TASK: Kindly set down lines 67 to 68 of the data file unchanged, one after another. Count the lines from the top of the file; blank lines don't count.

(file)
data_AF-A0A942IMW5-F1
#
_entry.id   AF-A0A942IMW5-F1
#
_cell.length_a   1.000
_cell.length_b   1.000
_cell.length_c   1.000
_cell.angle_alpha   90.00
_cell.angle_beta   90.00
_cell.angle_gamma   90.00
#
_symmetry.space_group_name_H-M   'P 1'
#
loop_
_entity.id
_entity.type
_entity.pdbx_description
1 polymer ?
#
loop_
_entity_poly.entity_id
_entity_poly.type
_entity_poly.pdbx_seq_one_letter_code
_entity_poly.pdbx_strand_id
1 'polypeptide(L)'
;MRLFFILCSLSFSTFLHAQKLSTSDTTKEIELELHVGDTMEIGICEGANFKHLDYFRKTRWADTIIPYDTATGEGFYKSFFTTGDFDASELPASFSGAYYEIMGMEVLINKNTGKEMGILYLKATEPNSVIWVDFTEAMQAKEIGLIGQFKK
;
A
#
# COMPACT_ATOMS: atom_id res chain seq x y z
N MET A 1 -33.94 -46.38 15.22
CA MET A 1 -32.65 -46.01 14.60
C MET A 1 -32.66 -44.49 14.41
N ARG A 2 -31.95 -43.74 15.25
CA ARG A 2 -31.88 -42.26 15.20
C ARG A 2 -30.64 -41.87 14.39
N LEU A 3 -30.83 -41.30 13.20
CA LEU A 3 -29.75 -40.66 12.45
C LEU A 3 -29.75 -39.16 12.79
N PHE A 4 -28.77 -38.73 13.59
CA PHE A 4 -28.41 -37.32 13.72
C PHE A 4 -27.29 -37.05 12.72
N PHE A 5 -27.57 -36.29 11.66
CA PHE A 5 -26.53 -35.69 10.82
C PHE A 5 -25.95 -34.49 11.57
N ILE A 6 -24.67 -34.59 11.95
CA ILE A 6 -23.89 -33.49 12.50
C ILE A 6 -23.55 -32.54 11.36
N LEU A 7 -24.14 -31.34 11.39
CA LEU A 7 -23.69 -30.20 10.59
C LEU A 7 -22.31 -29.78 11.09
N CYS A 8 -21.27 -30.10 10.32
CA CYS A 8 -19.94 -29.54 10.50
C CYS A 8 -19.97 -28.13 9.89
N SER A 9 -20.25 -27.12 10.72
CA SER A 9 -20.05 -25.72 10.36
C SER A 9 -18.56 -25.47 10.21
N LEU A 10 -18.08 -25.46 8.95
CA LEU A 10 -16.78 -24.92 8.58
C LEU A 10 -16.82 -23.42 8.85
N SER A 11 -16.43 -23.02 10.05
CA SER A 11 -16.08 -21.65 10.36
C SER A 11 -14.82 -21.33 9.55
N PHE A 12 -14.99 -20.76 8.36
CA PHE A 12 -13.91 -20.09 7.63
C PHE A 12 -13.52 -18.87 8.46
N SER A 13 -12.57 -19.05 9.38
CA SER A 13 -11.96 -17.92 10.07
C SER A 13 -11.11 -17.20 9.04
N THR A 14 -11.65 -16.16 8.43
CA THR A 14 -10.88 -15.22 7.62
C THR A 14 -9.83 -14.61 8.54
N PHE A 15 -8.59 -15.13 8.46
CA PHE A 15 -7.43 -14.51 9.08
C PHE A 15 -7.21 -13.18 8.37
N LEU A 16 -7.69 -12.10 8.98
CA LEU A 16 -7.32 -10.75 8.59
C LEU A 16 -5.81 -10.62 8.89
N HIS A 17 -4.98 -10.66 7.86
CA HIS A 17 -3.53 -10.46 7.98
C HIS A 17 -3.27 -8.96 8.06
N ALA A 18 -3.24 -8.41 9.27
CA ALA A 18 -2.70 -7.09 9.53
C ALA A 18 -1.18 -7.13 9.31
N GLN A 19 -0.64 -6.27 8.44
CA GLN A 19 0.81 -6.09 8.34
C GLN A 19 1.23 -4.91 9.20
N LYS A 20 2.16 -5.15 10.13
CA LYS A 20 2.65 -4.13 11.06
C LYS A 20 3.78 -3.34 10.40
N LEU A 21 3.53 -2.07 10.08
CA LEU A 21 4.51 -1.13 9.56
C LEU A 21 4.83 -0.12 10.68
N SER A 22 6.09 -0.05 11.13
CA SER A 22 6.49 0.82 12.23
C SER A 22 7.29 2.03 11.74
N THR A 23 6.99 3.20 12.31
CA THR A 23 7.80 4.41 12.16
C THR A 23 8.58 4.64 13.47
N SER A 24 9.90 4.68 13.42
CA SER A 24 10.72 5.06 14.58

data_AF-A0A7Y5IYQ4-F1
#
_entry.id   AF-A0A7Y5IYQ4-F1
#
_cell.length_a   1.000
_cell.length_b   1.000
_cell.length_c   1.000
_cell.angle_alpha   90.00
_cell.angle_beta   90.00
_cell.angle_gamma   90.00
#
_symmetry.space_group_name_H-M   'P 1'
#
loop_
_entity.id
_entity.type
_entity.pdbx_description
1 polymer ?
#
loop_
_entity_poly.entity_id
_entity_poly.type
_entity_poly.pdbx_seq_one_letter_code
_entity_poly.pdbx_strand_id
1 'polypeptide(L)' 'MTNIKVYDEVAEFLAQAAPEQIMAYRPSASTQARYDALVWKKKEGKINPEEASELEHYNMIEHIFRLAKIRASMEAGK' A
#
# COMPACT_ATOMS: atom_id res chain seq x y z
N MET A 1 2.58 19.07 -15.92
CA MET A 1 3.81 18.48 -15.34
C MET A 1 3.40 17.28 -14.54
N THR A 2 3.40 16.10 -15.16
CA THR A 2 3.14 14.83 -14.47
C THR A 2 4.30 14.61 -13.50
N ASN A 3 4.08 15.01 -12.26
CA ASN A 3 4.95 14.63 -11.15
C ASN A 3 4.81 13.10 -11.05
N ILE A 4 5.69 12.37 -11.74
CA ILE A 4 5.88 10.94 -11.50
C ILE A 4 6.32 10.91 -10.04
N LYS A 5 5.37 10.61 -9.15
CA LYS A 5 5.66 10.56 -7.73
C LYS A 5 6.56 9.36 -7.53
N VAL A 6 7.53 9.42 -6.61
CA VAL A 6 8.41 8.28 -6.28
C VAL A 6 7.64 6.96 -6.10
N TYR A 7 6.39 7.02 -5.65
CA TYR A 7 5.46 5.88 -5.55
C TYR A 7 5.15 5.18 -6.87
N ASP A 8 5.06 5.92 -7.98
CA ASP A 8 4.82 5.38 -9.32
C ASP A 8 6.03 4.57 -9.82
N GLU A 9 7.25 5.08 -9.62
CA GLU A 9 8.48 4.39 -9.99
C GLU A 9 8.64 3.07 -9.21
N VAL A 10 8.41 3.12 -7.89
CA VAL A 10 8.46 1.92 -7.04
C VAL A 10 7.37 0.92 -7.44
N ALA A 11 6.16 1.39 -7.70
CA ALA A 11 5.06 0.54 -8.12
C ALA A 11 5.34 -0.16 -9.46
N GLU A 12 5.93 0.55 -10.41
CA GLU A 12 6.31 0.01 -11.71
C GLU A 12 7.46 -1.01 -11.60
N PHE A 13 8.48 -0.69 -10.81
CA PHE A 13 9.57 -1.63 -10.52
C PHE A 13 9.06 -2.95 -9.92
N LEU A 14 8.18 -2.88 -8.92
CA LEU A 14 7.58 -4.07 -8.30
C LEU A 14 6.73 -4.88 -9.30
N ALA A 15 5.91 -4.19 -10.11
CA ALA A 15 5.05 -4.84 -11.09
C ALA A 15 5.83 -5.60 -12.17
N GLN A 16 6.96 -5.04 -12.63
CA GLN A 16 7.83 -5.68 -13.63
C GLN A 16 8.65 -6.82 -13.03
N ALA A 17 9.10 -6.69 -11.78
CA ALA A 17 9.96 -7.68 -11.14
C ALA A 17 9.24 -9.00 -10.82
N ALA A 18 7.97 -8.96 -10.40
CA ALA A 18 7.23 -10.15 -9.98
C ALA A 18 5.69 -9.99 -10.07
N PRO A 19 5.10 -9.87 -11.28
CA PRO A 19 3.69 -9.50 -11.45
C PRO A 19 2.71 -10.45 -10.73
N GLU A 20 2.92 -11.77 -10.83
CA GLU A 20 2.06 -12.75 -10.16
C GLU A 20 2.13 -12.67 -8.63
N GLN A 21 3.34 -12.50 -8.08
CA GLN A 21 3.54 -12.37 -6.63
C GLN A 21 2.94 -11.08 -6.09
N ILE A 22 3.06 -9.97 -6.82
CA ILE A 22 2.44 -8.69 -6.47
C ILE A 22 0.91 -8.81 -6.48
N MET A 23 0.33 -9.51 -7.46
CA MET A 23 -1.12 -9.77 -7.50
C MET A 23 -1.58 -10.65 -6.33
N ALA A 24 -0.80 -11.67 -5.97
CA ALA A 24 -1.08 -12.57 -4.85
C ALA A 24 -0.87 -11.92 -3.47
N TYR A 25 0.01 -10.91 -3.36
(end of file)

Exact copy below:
N SER A 13 -12.57 -19.05 9.38
CA SER A 13 -11.96 -17.92 10.07